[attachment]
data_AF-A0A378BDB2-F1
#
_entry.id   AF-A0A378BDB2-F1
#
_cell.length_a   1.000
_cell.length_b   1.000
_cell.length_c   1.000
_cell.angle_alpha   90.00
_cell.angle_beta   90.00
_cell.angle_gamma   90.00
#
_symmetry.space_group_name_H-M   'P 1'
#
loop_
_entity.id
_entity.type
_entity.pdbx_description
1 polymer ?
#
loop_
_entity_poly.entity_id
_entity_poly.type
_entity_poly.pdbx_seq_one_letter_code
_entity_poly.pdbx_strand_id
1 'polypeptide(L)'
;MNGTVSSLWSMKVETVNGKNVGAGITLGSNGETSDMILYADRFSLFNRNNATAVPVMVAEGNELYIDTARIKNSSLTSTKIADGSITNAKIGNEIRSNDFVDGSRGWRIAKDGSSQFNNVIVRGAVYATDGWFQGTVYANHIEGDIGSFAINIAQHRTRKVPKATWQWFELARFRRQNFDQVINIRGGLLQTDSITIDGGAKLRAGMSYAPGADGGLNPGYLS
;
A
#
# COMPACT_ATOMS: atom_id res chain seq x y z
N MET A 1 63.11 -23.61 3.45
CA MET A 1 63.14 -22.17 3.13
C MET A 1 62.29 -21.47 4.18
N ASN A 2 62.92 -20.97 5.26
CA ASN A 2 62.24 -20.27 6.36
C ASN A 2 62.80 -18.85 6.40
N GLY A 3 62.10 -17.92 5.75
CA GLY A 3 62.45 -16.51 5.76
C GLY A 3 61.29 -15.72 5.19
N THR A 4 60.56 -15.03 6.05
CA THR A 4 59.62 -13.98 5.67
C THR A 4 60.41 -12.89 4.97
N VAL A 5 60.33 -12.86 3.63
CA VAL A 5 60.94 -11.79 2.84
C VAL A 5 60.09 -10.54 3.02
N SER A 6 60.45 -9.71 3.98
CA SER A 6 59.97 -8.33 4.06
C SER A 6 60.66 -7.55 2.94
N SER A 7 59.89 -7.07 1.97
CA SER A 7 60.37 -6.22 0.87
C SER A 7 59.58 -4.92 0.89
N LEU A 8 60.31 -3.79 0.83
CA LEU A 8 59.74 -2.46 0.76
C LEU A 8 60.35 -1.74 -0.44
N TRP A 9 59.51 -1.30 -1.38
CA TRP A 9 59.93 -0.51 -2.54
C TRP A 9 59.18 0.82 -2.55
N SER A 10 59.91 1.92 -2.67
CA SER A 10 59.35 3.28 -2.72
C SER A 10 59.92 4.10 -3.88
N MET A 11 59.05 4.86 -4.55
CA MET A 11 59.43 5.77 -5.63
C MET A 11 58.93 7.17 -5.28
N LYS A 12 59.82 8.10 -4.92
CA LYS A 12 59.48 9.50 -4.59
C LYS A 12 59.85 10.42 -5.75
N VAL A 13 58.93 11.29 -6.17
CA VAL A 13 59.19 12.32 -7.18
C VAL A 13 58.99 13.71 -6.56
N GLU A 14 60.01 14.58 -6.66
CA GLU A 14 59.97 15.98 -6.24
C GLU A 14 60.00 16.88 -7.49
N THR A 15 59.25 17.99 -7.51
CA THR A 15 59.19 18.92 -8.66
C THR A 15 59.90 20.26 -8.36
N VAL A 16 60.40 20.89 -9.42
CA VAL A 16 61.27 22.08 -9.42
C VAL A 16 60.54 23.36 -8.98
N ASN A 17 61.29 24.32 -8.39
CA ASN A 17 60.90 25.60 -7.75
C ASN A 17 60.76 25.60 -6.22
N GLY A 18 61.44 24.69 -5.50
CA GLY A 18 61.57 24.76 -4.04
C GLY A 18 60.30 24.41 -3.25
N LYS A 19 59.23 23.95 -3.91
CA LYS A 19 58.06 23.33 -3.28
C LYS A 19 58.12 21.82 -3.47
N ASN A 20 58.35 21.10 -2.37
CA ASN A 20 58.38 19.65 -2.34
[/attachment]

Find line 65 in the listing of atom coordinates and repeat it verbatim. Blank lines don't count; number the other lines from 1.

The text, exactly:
CA LYS A 12 59.48 9.50 -4.59